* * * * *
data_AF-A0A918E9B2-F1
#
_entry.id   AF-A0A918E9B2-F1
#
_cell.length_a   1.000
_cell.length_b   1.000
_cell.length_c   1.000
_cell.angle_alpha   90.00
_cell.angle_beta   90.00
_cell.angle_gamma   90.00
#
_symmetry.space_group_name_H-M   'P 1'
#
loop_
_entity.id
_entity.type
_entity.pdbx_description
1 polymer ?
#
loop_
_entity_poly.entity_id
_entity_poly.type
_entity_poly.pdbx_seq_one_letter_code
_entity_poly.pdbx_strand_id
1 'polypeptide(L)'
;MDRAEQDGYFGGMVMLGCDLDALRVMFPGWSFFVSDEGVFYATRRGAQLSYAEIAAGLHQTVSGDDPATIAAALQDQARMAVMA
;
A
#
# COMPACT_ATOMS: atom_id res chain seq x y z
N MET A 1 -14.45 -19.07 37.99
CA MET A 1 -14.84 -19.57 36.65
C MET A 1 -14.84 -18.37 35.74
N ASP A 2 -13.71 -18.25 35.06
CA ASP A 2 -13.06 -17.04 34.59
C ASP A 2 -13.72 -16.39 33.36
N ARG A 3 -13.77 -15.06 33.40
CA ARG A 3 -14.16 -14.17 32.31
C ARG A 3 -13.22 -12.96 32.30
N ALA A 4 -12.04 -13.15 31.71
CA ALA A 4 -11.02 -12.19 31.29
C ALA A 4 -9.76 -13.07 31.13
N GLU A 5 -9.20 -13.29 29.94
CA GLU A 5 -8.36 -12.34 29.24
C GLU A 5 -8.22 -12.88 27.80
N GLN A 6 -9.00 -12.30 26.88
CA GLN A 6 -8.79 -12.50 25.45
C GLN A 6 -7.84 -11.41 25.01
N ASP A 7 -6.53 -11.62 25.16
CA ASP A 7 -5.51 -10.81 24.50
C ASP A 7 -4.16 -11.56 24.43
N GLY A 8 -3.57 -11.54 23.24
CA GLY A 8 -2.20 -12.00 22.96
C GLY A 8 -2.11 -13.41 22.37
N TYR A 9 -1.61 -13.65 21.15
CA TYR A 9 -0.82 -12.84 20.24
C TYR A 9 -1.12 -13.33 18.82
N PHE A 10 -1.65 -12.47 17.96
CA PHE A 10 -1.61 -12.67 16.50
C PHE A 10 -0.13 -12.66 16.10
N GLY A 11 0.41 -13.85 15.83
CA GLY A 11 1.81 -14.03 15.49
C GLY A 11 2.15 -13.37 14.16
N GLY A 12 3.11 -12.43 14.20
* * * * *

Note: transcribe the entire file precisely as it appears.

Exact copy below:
data_AF-A0A918E9B2-F1
#
_entry.id   AF-A0A918E9B2-F1
#
_cell.length_a   1.000
_cell.length_b   1.000
_cell.length_c   1.000
_cell.angle_alpha   90.00
_cell.angle_beta   90.00
_cell.angle_gamma   90.00
#
_symmetry.space_group_name_H-M   'P 1'
#
loop_
_entity.id
_entity.type
_entity.pdbx_description
1 polymer ?
#
loop_
_entity_poly.entity_id
_entity_poly.type
_entity_poly.pdbx_seq_one_letter_code
_entity_poly.pdbx_strand_id
1 'polypeptide(L)'
;MDRAEQDGYFGGMVMLGCDLDALRVMFPGWSFFVSDEGVFYATRRGAQLSYAEIAAGLHQTVSGDDPATIAAALQDQARMAVMA
;
A
#
# COMPACT_ATOMS: atom_id res chain seq x y z
N MET A 1 -14.45 -19.07 37.99
CA MET A 1 -14.84 -19.57 36.65
C MET A 1 -14.84 -18.37 35.74
N ASP A 2 -13.71 -18.25 35.06
CA ASP A 2 -13.06 -17.04 34.59
C ASP A 2 -13.72 -16.39 33.36
N ARG A 3 -13.77 -15.06 33.40
CA ARG A 3 -14.16 -14.17 32.31
C ARG A 3 -13.22 -12.96 32.30
N ALA A 4 -12.04 -13.15 31.71
CA ALA A 4 -11.02 -12.19 31.29
C ALA A 4 -9.76 -13.07 31.13
N GLU A 5 -9.20 -13.29 29.94
CA GLU A 5 -8.36 -12.34 29.24
C GLU A 5 -8.22 -12.88 27.80
N GLN A 6 -9.00 -12.30 26.88
CA GLN A 6 -8.79 -12.50 25.45
C GLN A 6 -7.84 -11.41 25.01
N ASP A 7 -6.53 -11.62 25.16
CA ASP A 7 -5.51 -10.81 24.50
C ASP A 7 -4.16 -11.56 24.43
N GLY A 8 -3.57 -11.54 23.24
CA GLY A 8 -2.20 -12.00 22.96
C GLY A 8 -2.11 -13.41 22.37
N TYR A 9 -1.61 -13.65 21.15
CA TYR A 9 -0.82 -12.84 20.24
C TYR A 9 -1.12 -13.33 18.82
N PHE A 10 -1.65 -12.47 17.96
CA PHE A 10 -1.61 -12.67 16.50
C PHE A 10 -0.13 -12.66 16.10
N GLY A 11 0.41 -13.85 15.83
CA GLY A 11 1.81 -14.03 15.49
C GLY A 11 2.15 -13.37 14.16
N GLY A 12 3.11 -12.43 14.20